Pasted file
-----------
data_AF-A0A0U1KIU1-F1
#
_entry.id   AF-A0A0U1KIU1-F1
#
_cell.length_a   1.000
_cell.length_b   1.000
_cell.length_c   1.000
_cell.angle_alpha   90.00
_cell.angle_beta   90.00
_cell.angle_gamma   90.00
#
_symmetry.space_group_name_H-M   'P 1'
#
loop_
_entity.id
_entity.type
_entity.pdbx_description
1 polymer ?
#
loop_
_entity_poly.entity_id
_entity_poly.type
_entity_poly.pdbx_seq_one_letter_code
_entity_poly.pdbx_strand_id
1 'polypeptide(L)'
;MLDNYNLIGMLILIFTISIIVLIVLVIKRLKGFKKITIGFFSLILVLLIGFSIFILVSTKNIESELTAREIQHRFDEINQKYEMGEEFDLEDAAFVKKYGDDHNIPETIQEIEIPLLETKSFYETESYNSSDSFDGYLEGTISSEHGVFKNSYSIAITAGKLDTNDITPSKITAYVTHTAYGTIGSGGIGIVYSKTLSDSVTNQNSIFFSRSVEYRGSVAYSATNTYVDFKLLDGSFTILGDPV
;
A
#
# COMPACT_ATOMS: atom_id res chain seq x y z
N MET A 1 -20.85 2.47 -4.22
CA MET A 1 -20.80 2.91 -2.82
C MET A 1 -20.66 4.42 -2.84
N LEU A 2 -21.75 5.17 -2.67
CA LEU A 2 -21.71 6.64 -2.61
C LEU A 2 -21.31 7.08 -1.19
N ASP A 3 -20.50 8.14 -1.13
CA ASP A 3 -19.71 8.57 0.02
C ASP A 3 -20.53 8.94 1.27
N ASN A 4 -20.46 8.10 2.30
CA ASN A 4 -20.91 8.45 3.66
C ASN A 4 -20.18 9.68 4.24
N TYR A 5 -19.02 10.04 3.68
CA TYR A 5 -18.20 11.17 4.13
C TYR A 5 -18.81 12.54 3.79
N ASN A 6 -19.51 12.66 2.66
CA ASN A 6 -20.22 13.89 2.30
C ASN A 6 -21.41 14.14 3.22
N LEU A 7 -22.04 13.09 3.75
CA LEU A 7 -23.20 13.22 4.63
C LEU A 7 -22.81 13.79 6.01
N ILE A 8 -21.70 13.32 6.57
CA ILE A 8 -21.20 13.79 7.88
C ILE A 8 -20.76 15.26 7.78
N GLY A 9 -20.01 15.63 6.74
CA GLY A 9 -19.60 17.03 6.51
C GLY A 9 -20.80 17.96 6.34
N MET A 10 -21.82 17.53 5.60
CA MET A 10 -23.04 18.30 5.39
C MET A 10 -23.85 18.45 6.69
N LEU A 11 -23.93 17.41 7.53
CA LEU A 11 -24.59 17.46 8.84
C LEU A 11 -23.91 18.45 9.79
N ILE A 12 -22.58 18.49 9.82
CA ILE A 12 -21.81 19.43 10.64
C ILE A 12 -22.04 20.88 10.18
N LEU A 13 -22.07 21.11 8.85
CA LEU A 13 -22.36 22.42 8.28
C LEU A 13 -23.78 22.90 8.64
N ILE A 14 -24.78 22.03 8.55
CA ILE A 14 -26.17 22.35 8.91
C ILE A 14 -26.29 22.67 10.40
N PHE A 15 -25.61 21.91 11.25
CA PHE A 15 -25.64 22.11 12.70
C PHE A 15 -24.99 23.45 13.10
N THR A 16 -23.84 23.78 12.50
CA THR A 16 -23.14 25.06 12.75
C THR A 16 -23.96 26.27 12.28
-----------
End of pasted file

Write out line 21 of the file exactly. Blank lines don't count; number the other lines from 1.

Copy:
_entity_poly.entity_id